The Federalist Society sponsored a panel today on Antitrust Modernization and Public Choice. Judge Easterbrook, former antitrust chief Douglas Melamed and FTC General Counsel William Kovacic generally agreed that the "Antitrust Modernization Commission" shouldn't have much work to do.
Judge Easterbrook noted that "modernization" implies that there is a need to craft special rules for emerging technologies, but that industry-specific rules should be avoided at all costs. Instead, if there's a shortcoming in the antitrust laws, that should be fixed across-the-board. Much of his talk was a refresher of his classic article, The Limits of Antitrust.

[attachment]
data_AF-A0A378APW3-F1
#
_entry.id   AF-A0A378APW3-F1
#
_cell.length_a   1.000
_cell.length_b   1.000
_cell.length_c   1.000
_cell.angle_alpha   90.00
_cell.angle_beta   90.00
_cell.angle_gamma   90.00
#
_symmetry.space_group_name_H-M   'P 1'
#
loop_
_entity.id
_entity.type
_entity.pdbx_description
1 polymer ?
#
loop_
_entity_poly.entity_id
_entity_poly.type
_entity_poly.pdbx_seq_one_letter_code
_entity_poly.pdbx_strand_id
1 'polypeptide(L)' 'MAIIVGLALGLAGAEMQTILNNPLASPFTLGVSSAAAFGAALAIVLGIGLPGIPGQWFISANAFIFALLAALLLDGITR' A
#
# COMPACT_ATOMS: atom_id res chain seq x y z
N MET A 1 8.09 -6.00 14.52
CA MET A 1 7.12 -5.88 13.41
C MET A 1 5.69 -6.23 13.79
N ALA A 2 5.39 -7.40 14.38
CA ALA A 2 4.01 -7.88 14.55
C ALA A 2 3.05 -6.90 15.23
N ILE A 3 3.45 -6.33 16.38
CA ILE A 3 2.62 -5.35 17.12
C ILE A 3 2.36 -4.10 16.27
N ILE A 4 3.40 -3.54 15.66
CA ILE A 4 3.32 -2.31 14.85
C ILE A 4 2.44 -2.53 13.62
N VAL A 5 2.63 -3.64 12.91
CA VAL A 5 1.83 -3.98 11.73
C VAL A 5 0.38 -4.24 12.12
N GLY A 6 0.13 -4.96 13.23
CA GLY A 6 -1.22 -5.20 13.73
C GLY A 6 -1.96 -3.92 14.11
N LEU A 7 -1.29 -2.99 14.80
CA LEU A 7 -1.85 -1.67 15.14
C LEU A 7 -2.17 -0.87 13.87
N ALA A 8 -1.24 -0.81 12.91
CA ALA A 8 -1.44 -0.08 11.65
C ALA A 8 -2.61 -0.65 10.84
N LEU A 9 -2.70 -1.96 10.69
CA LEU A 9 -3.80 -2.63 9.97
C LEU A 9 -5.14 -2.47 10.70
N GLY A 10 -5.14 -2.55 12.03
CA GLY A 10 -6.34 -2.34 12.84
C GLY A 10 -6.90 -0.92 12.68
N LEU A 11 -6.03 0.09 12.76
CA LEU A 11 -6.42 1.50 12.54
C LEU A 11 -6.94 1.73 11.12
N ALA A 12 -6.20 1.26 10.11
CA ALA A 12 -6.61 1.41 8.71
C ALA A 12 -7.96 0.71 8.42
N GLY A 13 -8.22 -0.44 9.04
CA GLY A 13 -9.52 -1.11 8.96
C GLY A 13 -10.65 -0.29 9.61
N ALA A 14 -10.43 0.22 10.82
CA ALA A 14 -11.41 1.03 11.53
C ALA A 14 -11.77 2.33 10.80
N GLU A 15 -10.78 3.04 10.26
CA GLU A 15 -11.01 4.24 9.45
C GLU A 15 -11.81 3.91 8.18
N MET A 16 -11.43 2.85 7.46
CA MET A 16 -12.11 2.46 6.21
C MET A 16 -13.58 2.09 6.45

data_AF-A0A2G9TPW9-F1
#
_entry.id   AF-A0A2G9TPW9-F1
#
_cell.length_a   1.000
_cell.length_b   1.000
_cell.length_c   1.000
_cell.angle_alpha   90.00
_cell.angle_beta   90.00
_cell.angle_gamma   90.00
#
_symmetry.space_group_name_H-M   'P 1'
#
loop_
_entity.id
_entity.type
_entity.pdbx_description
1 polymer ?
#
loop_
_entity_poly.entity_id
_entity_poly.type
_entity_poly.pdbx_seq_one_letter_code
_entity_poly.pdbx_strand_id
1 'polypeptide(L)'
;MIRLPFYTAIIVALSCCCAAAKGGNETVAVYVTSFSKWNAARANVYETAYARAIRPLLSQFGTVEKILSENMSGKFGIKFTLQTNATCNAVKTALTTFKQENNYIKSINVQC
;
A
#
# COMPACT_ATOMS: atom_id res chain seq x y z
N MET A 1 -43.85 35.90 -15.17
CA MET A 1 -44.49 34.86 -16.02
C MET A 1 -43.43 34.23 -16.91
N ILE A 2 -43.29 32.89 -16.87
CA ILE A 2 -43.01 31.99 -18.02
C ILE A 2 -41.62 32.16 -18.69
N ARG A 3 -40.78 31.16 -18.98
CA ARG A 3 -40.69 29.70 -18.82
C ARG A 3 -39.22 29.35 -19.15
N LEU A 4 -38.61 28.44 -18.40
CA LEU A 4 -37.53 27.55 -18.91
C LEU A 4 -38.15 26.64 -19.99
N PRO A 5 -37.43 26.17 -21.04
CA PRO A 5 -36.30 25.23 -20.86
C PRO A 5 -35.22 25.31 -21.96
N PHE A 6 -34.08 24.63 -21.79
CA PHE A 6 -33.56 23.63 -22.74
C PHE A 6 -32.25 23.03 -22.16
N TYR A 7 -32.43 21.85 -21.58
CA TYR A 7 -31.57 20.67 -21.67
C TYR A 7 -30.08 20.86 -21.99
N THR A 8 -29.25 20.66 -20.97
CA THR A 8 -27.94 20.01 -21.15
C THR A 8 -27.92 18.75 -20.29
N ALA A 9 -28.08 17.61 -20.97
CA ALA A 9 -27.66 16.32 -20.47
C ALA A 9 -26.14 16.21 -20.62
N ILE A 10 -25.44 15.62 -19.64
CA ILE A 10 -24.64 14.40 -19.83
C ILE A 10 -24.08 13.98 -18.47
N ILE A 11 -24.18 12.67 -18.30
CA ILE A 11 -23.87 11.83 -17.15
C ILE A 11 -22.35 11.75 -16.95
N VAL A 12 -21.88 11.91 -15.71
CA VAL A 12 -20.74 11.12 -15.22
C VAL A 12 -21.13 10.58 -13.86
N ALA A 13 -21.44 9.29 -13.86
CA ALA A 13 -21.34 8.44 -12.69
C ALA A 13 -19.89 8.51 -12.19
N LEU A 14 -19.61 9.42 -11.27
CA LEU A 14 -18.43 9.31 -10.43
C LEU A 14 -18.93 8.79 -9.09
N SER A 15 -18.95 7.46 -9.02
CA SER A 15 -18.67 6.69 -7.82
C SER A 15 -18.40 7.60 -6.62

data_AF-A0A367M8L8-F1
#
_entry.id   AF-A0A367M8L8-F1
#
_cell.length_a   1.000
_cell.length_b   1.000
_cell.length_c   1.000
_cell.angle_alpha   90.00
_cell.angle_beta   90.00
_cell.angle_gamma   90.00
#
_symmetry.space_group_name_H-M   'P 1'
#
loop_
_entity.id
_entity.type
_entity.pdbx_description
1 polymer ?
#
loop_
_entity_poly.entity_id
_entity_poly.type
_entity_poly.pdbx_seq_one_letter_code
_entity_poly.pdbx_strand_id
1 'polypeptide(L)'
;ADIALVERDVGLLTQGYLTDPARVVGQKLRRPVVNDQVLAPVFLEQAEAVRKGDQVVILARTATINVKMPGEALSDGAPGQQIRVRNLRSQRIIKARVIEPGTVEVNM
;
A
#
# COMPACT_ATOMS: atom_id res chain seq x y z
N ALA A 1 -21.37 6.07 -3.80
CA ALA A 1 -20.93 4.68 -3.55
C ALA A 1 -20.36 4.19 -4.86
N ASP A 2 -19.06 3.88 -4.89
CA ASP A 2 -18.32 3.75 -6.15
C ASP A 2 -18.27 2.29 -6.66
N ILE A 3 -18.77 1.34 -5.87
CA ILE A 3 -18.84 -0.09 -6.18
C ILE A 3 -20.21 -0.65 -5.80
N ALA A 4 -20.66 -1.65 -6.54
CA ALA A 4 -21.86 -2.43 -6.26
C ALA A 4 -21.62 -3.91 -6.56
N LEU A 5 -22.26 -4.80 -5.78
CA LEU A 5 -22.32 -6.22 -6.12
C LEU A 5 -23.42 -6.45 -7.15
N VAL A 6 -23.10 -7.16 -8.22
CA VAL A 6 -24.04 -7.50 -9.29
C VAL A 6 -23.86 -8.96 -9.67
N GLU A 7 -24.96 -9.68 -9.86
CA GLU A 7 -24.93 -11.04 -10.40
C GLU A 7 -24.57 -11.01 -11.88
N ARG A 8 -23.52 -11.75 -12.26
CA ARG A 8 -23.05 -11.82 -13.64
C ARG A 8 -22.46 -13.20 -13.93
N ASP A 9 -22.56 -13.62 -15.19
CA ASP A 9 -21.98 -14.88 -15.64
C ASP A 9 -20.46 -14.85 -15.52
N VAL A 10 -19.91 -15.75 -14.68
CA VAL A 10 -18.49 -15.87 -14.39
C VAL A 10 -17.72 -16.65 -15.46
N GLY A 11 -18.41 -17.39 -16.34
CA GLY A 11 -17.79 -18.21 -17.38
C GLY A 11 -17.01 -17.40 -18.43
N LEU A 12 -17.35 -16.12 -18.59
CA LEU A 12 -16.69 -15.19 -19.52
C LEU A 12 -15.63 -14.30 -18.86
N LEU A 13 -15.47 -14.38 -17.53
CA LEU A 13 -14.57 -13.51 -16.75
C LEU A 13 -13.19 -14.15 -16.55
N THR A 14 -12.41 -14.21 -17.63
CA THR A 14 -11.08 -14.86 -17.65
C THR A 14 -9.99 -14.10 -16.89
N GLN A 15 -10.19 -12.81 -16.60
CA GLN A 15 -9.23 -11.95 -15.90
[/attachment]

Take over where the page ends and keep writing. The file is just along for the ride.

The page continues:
Kovacic discussed the interplay between public choice and institutional design, recommending that agencies look at the use of self-limiting principles (such as merger guidelines), efforts to increase transparency (e.g., committing to explain decisions not to prosecute after antitrust investigations are complete), ex post reassessment of completed matters, and heavy investments in both offensive and defensive advocacy. Or, much of what the FTC has been doing.
Melamed warned the Modernization Commission to stay away from addressing questions involving the substance of antitrust law, such as overruling Trinko v. Verizon. He noted that these issues would be: (1) intensely politicized, and (2) better left to the common law process, as our understanding of the underlying economic principles behind antitrust changes over time.
On the whole, as the old saying goes: If it is not broken, then there is no need to repair it.